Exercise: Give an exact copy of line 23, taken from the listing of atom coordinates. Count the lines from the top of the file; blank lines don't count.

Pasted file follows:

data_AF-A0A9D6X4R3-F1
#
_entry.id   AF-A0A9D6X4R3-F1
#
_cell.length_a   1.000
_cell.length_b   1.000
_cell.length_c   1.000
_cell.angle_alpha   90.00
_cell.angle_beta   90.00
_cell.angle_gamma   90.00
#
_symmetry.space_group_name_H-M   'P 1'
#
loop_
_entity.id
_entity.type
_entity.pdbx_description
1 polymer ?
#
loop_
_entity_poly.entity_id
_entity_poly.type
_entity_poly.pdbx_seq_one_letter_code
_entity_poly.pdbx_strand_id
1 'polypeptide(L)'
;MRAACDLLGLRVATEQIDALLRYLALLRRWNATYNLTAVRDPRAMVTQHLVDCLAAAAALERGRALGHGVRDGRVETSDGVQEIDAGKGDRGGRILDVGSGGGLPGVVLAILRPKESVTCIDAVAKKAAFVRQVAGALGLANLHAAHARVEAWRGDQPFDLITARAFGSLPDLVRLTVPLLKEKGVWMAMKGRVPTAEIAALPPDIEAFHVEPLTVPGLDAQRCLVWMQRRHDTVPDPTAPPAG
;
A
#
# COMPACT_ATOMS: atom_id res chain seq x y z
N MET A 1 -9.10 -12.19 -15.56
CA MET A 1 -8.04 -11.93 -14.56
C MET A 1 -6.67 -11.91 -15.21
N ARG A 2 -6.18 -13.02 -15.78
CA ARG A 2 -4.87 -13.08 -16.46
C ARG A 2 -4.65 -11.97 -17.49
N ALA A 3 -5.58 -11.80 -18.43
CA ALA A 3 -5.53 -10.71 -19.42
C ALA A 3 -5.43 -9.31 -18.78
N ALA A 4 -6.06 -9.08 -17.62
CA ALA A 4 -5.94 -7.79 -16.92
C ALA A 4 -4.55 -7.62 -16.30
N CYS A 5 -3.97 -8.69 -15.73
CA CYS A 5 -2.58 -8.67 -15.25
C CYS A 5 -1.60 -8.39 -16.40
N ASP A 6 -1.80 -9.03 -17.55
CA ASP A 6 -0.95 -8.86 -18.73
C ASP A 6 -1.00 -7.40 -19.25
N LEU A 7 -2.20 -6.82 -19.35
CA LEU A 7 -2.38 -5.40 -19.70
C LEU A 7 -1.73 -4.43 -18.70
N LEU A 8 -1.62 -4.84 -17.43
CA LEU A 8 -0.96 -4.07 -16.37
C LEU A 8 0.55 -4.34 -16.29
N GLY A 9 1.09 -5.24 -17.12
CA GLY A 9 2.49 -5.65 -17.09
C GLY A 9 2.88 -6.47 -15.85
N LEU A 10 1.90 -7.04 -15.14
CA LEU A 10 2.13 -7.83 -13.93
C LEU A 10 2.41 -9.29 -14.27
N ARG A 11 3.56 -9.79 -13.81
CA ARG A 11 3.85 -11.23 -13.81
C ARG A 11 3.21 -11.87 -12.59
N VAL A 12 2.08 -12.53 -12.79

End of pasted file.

_entity_poly.pdbx_seq_one_letter_code